Caitlin Iseler of Happyly: “Women are amazing problem solvers”

Women are amazing problem solvers. Businesses are about solving an issue and serving a specific purpose, whether professionally related or for something in your everyday life. If you identify a problem, being a founder is such an amazing opportunity to be part of the solution. You never know whose life you will positively impact. As […]

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Women are amazing problem solvers. Businesses are about solving an issue and serving a specific purpose, whether professionally related or for something in your everyday life. If you identify a problem, being a founder is such an amazing opportunity to be part of the solution. You never know whose life you will positively impact.


As a part of our series about “Why We Need More Women Founders”, I had the pleasure of interviewing Caitlin Iseler.

Caitlin Iseler is the founder and CEO of happyly and created an app with her closest mom friends to help parents find 5-star family experiences in under 60 seconds. Caitlin and her family live in Jackson, Wyoming and love being outside together.


Thank you so much for doing this with us! Before we dig in, our readers would like to get to know you a bit more. Can you tell us a bit about your “backstory”? What led you to this particular career path?

Before starting happyly, Caitlin worked with private equity back technology companies in executive search with Korn Ferry and her own firm that she later sold. She found her purpose in the intersection of supporting working parents and leveraging technology to save parents time so they can focus on what’s most important, making the moments count with those they love. Caitlin and the happyly team believe deeply in the power of the outdoors to find joy and connection and decrease burnout and depression short and long term. As a mom juggling work and family, Caitlin became obsessed with lifting the mental load and helping every parent feel like a superhero parent.

Can you share the most interesting story that happened to you since you began leading your company?

Starting happyly has been the most incredible journey filled with humbling moments. The best part has been meeting the incredible people that have become ambassadors, real parents out every day trying to give their families the best.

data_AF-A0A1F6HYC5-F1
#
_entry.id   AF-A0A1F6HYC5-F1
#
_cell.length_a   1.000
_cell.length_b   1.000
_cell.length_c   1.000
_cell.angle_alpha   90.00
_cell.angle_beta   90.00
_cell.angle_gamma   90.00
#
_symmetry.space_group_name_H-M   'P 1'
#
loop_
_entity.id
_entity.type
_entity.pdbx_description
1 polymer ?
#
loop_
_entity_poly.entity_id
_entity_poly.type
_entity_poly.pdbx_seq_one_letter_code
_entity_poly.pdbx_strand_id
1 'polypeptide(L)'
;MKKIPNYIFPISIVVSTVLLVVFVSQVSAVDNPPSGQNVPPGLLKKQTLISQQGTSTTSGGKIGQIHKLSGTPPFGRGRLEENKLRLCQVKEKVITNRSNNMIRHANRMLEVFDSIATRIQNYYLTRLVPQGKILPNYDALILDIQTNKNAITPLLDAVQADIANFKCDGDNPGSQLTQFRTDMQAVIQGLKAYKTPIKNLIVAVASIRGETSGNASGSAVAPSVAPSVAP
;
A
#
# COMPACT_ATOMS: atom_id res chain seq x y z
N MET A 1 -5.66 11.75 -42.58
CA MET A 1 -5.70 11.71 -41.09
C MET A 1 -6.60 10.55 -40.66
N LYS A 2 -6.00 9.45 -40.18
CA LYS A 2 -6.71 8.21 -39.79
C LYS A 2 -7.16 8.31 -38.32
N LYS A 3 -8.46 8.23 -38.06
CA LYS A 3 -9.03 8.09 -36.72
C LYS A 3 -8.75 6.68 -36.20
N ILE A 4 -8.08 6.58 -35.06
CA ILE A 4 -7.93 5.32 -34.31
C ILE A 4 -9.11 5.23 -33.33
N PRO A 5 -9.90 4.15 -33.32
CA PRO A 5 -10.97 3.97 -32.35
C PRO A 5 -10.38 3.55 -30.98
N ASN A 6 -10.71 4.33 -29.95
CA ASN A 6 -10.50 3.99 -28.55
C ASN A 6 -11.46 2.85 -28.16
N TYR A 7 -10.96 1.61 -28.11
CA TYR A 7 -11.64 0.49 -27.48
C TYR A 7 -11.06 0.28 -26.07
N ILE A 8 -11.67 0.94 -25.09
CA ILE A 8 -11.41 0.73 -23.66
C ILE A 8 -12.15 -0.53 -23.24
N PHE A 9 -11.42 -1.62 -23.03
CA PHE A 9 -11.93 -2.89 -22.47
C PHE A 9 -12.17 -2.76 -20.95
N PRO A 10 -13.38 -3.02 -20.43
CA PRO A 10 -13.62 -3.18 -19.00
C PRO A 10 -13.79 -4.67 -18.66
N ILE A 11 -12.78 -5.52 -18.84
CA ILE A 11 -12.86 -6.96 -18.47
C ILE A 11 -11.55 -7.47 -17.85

Can you share a story about the funniest mistake you made when you were first starting? Can you tell us what lesson you learned from that?

Initially we named the company Happy Active Family. When my best friend couldn’t remember the name, I figured we should probably change it. Humbling to have something be so clear in your head and then not have it stick for others.

None of us are able to achieve success without some help along the way. Is there a particular person who you are grateful towards who helped get you to where you are? Can you share a story about that?

Our lead investor, Michael Berkman, believed in this idea before it was real. He was the first one to suggest we commit to building happyly and fundraise to fulfill this wild dream. I’ve known Michael and his wonderful wife, Jeannien, for almost 10 years. Back when I worked in Executive Search, they gave me many opportunities to recruit for their team, an acquisition and the chance to help lead talent for one of their companies. When I had this out-of-the-box idea, they gave me the gift of their time, listening and allowing me to ideate without judgment or pressure to have all of the answers all of the time. These early dinners and coffee talks were highlights for me and provided an encouraging space to create. Michael and Jeannien are friends to my husband and I, and inspiring mentors — I couldn’t be more grateful.

Ok, thank you for that. Let’s now jump to the primary focus of our interview. According to this EY report, only about 20 percent of funded companies have women founders. This reflects great historical progress, but it also shows that more work still has to be done to empower women to create companies. In your opinion and experience what is currently holding back women from founding companies? Can you help articulate a few things that can be done as individuals, as a society, or by the government, to help overcome those obstacles?